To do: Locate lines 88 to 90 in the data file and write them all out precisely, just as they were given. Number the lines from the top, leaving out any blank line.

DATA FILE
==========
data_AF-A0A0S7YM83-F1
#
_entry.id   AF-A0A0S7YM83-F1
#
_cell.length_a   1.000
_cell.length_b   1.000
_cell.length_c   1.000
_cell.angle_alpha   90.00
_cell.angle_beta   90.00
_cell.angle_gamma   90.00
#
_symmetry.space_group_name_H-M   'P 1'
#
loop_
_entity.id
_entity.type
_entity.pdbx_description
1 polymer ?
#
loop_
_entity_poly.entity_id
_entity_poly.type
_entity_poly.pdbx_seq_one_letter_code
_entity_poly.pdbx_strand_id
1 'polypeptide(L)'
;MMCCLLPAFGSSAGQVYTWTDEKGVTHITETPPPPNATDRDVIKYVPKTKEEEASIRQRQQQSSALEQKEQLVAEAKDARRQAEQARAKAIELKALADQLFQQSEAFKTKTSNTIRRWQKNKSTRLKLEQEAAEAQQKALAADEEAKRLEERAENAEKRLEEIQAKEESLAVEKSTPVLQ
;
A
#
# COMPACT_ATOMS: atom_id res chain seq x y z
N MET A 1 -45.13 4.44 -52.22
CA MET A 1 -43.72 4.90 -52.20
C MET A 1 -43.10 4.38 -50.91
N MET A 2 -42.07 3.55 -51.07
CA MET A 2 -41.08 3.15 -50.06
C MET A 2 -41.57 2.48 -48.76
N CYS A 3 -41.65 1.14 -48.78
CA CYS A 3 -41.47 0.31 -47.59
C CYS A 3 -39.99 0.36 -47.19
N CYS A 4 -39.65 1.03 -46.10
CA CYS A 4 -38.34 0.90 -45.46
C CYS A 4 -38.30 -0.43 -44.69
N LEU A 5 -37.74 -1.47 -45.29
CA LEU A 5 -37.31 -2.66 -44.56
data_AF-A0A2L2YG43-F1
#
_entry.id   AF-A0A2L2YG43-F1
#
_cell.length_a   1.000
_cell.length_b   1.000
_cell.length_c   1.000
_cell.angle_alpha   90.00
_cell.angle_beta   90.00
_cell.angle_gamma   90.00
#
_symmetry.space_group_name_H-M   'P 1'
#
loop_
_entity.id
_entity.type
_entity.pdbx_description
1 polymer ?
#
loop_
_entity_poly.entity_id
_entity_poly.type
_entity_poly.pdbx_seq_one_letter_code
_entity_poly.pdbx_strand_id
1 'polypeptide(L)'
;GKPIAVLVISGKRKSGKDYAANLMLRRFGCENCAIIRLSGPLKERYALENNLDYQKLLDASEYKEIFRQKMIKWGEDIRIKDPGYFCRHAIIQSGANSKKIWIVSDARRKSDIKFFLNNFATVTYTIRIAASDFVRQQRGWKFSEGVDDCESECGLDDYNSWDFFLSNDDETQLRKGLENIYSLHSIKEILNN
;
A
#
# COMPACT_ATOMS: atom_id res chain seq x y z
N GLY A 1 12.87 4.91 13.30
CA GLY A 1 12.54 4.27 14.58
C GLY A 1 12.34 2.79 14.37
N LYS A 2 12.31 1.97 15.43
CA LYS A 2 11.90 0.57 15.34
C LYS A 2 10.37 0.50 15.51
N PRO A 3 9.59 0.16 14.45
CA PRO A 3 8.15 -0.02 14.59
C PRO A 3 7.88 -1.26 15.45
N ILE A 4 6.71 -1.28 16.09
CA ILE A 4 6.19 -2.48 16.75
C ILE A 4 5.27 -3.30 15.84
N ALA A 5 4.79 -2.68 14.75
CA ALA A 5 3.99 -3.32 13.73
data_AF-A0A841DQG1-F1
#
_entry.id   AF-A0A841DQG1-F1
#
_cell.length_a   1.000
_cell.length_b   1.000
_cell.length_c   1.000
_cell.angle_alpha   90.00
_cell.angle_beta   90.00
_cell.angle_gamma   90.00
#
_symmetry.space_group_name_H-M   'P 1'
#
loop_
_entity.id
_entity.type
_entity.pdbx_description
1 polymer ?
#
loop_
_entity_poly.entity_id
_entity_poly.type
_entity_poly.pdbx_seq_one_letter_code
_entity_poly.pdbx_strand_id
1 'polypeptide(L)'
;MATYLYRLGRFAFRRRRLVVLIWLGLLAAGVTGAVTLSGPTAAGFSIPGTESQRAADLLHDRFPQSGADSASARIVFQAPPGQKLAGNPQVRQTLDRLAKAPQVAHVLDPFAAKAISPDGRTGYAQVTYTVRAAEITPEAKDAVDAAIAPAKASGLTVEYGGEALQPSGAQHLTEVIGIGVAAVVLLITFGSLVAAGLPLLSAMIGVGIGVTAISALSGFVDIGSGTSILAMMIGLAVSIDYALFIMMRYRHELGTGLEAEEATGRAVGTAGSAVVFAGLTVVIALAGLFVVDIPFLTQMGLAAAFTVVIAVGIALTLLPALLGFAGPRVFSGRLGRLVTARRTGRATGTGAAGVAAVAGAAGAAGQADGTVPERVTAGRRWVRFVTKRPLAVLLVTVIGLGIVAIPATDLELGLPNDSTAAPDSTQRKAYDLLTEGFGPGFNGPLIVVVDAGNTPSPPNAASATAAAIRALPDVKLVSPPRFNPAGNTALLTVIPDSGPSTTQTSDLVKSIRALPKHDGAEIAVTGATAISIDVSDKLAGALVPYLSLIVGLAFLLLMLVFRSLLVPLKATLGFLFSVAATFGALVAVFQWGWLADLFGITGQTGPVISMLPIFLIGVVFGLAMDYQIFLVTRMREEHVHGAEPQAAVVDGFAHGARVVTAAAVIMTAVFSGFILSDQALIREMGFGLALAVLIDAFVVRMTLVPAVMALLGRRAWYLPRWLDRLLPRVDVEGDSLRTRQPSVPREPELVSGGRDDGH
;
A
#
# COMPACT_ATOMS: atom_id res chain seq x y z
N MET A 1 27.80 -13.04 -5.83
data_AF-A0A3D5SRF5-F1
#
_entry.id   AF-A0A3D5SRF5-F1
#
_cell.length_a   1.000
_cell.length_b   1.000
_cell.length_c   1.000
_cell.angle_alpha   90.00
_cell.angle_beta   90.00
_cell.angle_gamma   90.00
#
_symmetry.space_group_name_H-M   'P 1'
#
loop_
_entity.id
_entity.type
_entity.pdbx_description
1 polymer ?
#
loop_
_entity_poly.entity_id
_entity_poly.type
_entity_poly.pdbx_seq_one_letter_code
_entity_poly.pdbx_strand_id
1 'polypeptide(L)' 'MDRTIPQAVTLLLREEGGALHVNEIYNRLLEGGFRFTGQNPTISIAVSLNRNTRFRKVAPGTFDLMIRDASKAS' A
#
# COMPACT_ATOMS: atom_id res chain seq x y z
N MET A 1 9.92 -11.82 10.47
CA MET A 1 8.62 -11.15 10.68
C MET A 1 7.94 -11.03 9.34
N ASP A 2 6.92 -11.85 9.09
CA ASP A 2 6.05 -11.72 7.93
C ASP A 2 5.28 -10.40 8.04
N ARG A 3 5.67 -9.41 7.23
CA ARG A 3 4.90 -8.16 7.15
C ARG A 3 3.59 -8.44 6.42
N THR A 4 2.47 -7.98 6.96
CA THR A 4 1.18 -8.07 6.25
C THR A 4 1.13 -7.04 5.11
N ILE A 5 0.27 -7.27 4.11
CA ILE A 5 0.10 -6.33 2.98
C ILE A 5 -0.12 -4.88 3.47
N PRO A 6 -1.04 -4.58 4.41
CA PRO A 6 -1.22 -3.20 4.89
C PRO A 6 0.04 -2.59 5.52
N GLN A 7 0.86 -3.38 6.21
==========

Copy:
CA ALA A 5 3.99 -3.32 13.73
data_AF-A0A841DQG1-F1
#